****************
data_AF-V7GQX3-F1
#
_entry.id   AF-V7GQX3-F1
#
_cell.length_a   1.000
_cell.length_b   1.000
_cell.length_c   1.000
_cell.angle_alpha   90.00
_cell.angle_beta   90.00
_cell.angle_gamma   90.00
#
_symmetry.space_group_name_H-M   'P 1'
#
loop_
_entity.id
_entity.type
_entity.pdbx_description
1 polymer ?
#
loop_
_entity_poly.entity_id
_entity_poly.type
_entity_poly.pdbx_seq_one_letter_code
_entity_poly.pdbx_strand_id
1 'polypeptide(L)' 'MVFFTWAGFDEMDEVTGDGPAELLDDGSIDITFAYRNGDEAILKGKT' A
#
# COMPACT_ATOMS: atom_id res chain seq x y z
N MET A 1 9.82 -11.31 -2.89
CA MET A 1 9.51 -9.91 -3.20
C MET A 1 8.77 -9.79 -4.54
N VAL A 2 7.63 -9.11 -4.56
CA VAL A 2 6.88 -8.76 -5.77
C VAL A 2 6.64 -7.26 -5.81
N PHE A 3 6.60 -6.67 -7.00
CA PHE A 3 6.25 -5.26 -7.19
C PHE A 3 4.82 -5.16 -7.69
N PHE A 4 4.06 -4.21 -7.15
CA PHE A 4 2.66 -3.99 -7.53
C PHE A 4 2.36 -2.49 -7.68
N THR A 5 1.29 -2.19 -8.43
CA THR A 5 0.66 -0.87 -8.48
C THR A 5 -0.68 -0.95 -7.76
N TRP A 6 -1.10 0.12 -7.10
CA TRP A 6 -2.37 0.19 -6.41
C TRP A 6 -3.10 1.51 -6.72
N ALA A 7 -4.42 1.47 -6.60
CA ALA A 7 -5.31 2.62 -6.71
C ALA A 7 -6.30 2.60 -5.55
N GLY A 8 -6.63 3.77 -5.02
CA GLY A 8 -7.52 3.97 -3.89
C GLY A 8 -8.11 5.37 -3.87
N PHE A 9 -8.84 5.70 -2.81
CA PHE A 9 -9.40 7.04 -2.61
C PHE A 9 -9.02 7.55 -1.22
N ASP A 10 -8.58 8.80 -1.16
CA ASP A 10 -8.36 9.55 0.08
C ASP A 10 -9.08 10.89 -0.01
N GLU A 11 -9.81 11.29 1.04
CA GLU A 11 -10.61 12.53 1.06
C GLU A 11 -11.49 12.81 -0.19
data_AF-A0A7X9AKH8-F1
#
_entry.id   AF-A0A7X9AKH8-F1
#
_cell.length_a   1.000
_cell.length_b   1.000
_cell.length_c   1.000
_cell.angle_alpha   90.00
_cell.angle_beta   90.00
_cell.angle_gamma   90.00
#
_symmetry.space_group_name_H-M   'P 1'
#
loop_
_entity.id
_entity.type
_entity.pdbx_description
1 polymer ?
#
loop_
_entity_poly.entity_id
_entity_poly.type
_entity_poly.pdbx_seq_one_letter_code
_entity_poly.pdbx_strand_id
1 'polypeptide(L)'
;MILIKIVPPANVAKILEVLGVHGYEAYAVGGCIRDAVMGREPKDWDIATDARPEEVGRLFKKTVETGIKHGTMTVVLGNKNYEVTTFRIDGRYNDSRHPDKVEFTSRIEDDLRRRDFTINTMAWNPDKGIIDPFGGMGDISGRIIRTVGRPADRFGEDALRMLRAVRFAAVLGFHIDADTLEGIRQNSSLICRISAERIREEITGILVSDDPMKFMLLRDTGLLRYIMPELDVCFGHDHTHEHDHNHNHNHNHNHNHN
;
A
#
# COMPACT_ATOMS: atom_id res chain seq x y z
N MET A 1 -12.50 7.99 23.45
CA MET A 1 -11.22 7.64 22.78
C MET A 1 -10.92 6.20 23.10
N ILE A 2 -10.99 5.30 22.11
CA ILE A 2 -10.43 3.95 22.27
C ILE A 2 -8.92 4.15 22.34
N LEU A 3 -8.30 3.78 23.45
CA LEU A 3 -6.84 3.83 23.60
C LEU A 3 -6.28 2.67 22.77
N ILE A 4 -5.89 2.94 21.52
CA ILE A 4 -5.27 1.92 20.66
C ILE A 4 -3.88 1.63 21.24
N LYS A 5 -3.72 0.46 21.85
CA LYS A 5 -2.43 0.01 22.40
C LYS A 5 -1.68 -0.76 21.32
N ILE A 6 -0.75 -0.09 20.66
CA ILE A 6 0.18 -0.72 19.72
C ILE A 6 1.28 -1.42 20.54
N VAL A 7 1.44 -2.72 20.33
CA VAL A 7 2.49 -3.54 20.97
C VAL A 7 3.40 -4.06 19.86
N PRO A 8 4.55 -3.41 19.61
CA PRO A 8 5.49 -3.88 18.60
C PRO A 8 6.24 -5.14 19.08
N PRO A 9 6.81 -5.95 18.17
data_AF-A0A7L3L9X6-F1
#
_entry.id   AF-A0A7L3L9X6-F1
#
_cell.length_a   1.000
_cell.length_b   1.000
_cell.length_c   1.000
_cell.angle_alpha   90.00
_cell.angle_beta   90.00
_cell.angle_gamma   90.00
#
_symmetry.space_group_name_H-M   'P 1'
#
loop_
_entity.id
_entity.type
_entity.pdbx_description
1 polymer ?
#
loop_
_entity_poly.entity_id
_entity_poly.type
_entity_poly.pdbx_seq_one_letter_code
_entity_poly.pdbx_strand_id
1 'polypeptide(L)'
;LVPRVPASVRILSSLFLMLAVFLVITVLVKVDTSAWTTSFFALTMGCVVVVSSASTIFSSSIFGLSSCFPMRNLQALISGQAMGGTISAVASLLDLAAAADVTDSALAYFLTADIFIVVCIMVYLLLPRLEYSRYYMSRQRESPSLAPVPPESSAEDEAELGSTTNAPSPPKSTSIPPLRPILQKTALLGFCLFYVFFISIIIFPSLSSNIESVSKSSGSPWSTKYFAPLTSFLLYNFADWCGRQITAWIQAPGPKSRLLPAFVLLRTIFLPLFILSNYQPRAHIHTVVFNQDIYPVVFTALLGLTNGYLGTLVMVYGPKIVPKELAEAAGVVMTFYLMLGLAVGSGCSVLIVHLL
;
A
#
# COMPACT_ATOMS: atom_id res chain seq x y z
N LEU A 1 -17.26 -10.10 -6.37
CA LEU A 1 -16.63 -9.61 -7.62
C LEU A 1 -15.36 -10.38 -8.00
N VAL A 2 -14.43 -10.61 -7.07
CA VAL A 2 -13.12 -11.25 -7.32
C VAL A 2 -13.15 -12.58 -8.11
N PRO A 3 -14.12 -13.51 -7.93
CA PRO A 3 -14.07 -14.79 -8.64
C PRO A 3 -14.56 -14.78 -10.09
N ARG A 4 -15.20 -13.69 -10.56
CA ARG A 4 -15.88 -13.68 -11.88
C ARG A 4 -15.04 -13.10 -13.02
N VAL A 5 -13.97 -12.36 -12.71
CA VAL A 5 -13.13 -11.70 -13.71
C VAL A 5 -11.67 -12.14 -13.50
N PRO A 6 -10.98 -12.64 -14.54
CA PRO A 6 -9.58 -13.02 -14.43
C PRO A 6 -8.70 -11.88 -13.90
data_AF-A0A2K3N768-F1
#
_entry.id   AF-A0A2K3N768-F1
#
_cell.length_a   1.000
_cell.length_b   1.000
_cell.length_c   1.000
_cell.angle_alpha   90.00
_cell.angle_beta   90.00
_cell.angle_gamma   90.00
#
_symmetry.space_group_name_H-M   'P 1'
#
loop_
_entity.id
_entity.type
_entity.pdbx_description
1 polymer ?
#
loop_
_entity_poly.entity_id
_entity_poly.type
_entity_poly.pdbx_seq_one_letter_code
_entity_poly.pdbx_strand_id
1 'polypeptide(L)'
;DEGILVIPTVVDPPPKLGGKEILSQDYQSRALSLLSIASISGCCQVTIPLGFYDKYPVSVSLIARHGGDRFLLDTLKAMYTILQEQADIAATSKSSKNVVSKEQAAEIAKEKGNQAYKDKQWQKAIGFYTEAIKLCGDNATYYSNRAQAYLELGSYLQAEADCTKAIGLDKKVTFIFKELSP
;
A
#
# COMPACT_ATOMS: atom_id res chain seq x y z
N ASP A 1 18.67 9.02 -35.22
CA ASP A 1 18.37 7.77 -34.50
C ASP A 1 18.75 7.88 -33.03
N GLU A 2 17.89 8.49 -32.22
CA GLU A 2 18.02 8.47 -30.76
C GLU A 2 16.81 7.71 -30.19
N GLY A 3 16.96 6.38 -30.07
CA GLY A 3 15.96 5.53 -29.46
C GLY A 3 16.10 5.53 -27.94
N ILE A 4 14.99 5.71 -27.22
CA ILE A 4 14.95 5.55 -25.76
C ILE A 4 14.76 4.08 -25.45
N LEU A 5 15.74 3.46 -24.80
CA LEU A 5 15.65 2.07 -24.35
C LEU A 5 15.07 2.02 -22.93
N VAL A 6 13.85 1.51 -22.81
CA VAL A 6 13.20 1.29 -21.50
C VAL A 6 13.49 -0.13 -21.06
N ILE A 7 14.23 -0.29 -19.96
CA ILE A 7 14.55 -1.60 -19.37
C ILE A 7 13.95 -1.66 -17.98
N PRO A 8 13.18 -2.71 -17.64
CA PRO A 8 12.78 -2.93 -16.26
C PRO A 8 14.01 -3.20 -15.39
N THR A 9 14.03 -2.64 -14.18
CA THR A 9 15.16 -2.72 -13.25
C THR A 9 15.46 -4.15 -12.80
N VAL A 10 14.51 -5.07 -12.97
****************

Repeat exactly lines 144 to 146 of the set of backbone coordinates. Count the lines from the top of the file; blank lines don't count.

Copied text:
#
# COMPACT_ATOMS: atom_id res chain seq x y z
N LEU A 1 -17.26 -10.10 -6.37